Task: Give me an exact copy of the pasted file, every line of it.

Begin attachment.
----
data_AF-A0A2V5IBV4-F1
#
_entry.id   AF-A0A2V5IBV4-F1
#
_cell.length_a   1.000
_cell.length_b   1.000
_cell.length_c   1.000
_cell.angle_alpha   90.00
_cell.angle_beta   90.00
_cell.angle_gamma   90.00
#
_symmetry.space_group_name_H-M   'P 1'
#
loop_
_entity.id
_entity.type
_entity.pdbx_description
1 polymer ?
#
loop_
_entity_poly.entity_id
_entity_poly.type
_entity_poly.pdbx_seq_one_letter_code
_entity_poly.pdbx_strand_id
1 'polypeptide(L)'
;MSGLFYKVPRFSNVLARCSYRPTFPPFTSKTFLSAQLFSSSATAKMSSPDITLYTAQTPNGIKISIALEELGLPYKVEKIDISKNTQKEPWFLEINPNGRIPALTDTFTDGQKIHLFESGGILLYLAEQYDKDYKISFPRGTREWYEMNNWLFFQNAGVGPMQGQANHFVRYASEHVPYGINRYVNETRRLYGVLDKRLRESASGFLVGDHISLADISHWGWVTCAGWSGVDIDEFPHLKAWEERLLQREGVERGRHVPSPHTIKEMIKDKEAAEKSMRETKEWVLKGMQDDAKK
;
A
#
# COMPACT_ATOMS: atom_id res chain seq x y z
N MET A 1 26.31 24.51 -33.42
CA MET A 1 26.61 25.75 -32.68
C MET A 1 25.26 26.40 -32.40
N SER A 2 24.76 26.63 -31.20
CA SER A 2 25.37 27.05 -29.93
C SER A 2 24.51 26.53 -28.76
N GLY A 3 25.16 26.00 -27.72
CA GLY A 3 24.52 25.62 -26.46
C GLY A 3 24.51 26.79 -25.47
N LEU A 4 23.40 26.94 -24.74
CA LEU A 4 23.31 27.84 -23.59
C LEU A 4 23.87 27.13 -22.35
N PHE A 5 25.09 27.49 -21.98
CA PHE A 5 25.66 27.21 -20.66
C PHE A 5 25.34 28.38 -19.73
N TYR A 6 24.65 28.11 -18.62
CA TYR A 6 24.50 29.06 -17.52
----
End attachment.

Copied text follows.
data_AF-A0A2V5IBV4-F1
#
_entry.id   AF-A0A2V5IBV4-F1
#
_cell.length_a   1.000
_cell.length_b   1.000
_cell.length_c   1.000
_cell.angle_alpha   90.00
_cell.angle_beta   90.00
_cell.angle_gamma   90.00
#
_symmetry.space_group_name_H-M   'P 1'
#
loop_
_entity.id
_entity.type
_entity.pdbx_description
1 polymer ?
#
loop_
_entity_poly.entity_id
_entity_poly.type
_entity_poly.pdbx_seq_one_letter_code
_entity_poly.pdbx_strand_id
1 'polypeptide(L)'
;MSGLFYKVPRFSNVLARCSYRPTFPPFTSKTFLSAQLFSSSATAKMSSPDITLYTAQTPNGIKISIALEELGLPYKVEKIDISKNTQKEPWFLEINPNGRIPALTDTFTDGQKIHLFESGGILLYLAEQYDKDYKISFPRGTREWYEMNNWLFFQNAGVGPMQGQANHFVRYASEHVPYGINRYVNETRRLYGVLDKRLRESASGFLVGDHISLADISHWGWVTCAGWSGVDIDEFPHLKAWEERLLQREGVERGRHVPSPHTIKEMIKDKEAAEKSMRETKEWVLKGMQDDAKK
;
A
#
# COMPACT_ATOMS: atom_id res chain seq x y z
N MET A 1 26.31 24.51 -33.42
CA MET A 1 26.61 25.75 -32.68
C MET A 1 25.26 26.40 -32.40
N SER A 2 24.76 26.63 -31.20
CA SER A 2 25.37 27.05 -29.93
C SER A 2 24.51 26.53 -28.76
N GLY A 3 25.16 26.00 -27.72
CA GLY A 3 24.52 25.62 -26.46
C GLY A 3 24.51 26.79 -25.47
N LEU A 4 23.40 26.94 -24.74
CA LEU A 4 23.31 27.84 -23.59
C LEU A 4 23.87 27.13 -22.35
N PHE A 5 25.09 27.49 -21.98
CA PHE A 5 25.66 27.21 -20.66
C PHE A 5 25.34 28.38 -19.73
N TYR A 6 24.65 28.11 -18.62
CA TYR A 6 24.50 29.06 -17.52